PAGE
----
Well i'm sure this has been done to death, but here goes-
I have recently bought a 24ft sailboat (Robert tucker Unicorn 24) with a beam of 7'6" and is a tri keel.
She is without an inboard, so i'm considering an outboard.
Now the big question is what size?
i'm no racer, and am happy with using power when the wind is low, and my days off are numbered.
She will be sat in River Conwy, which can have quite a torrent sometimes, and needs a bit of 'umph' to fight the impeding current.
I have a nice Honda 5hp, but i feel this would be better as an auxiliary, i also have a 35 hp Johnson 2 stroke for my old fletcher speedboat.
So would the johnson be complete overkill or not?
if so, what size outboard would YOU recommend for me?
Or if the Johnson/Honda would work, what size Prop would be best?
As i said. i'm No racer, and am happy for a compromise on sail speed if it means i can use her more often with the engine.
Results 1 to 10 of 10
Thread: What size outboard?
16-04-12, 00:16 #1Registered User
Location : cheshire, UK
- Join Date
- Apr 2010
What size outboard?
16-04-12, 00:20 #2
I have a 22ft sailboat, with a 4hp outboard. I had a problem with a Spring tide last year approaching Weymouth, which the general feeling on here was due to the Hull being extremely 'dirty'.
It is a Bilge keel.
16-04-12, 00:30 #3Registered User
- Join Date
- Feb 2010
The Johnson is ridiculously oversized but the Honda may be Ok. Why not just try it out?
A high thrust prop would almost certainly be worthwhile...if you can get one for that engine.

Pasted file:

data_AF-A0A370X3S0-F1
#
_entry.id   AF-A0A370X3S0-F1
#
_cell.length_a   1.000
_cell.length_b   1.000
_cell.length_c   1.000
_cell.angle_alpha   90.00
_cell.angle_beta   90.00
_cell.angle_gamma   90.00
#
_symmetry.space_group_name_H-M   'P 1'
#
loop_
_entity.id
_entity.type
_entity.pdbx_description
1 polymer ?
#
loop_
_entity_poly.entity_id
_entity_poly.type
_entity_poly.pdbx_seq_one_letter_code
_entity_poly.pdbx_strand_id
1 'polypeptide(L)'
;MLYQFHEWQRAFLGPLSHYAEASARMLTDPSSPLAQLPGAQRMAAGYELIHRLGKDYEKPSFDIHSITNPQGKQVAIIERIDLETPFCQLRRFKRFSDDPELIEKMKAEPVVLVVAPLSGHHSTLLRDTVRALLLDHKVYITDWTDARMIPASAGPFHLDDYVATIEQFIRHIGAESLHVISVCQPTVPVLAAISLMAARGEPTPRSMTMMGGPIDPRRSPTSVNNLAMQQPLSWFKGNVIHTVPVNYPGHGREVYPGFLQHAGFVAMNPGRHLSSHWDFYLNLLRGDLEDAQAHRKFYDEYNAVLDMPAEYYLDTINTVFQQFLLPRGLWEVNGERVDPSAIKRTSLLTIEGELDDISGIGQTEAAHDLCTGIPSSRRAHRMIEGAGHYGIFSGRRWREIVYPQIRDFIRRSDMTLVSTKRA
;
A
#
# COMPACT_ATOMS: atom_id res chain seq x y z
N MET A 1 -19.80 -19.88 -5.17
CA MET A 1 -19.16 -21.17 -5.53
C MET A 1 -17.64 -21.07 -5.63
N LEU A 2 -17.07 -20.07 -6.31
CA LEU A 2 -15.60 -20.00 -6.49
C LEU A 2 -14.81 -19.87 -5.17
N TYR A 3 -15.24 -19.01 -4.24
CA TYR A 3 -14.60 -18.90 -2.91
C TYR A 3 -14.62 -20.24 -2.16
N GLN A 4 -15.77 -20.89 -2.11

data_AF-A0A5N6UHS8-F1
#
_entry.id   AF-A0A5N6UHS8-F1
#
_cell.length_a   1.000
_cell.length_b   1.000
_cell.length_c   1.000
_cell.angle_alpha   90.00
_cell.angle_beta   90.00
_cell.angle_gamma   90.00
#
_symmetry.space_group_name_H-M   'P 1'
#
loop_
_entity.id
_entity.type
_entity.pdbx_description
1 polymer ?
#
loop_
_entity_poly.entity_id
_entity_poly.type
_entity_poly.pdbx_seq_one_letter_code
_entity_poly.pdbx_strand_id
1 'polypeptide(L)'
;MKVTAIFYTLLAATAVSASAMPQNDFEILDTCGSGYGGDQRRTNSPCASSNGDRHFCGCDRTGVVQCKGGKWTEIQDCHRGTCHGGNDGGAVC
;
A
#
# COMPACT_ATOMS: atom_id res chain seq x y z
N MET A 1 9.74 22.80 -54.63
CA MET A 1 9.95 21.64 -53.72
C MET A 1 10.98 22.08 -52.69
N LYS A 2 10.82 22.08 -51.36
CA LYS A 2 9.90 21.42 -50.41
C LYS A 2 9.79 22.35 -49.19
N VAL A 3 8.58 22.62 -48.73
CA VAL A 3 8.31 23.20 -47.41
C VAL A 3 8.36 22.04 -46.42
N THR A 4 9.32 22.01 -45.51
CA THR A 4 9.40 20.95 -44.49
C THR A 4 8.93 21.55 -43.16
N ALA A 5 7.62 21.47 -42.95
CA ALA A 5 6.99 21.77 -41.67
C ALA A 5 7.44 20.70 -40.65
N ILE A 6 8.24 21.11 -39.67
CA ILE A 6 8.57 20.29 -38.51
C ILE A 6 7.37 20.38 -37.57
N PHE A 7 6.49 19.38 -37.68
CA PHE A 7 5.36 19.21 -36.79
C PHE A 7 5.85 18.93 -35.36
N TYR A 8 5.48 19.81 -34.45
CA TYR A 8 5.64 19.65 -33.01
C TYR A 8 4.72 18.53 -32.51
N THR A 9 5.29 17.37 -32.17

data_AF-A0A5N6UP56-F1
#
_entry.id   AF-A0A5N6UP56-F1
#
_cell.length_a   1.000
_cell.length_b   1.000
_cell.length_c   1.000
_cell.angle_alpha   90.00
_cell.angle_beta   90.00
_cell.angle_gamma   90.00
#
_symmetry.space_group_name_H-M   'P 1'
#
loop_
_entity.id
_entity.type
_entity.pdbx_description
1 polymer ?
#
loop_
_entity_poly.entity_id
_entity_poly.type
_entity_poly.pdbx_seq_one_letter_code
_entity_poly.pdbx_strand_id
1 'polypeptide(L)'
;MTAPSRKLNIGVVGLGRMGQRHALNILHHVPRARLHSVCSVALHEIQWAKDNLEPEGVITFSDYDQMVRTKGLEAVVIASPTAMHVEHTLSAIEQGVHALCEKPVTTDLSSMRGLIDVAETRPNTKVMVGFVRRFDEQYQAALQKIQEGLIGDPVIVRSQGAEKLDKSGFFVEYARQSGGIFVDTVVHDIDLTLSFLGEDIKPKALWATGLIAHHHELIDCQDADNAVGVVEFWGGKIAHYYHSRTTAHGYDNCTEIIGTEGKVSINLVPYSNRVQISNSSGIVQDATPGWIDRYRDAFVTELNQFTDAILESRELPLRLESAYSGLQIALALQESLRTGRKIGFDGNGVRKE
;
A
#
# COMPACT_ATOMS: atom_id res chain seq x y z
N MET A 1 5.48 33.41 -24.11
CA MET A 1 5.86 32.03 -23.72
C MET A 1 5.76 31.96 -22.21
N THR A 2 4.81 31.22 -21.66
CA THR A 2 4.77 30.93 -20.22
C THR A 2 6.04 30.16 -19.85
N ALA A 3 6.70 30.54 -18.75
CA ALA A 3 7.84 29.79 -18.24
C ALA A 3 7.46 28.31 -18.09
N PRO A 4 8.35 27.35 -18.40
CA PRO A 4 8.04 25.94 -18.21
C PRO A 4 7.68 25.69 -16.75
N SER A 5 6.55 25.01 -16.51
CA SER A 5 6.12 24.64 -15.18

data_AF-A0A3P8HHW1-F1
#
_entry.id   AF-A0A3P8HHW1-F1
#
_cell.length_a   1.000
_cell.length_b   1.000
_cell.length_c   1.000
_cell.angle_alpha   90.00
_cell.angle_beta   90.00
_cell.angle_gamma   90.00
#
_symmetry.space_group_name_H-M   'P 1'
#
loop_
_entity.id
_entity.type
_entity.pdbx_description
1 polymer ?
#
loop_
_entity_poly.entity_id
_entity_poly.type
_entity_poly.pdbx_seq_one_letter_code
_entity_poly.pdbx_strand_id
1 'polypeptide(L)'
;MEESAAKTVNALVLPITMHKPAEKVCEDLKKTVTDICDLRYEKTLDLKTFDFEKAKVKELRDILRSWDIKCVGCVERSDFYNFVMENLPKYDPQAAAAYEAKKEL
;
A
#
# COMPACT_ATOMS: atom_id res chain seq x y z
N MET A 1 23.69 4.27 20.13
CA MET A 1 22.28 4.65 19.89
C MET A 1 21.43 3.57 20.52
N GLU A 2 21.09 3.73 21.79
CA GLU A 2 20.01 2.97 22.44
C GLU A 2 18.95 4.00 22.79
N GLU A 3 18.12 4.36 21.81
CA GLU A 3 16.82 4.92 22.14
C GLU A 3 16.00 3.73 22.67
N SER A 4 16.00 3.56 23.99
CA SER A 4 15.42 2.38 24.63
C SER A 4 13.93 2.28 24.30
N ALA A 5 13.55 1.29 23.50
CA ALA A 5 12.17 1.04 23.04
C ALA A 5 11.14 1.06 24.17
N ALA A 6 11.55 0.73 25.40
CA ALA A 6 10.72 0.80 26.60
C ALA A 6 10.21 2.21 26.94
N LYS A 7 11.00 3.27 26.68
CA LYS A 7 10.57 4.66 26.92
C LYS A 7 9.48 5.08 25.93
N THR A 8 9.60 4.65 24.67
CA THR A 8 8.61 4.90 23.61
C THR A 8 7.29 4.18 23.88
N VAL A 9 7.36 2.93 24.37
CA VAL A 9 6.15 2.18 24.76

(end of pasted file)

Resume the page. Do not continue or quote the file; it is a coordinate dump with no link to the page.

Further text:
Other than that you might end up looking at a 8hp.
16-04-12, 00:49 #4
Tohatsu 8 hp saildrive with 25" ultra long shaft will do nicely.
Flog the others and treat yourself.Monkey patching programmer [retired ]
16-04-12, 02:44 #5Registered User
Location : West Australia
- Join Date
- Jul 2003
Power needed to get the boat up to a decent water speed is not very much. I imagine the Honda will do well. The typical course pitch prop will mean a good speed at medium engine speed so quieter.
However it is the headwinds that can cause problems. You might be better off sailing. A finer pitch prop for the Honda would do best under really difficult headwinds (and waves). The water speed of the boat will dictate what contrary tides you can beat but regardless of power it is difficult tp beat the hull speed limitations ie around 5 knots. (not impossible but needing a lot of power)
The obvious answer is to buy an adjustable height o/b bracket and mount on one side of the stern. Try the Honda and see how you like it. Get a bracket with plenty of adjustment. My has about 10 inches from up to down in 3 positions and I use them all. Medium is for normal motoring. Right down for really rough water or someone on the bow. (picking up mooring) Highest is for smooth water motoring with a load of people
in cockpit. Set the bracket so motor cavitation plate is at water level for normal sailing in mid range.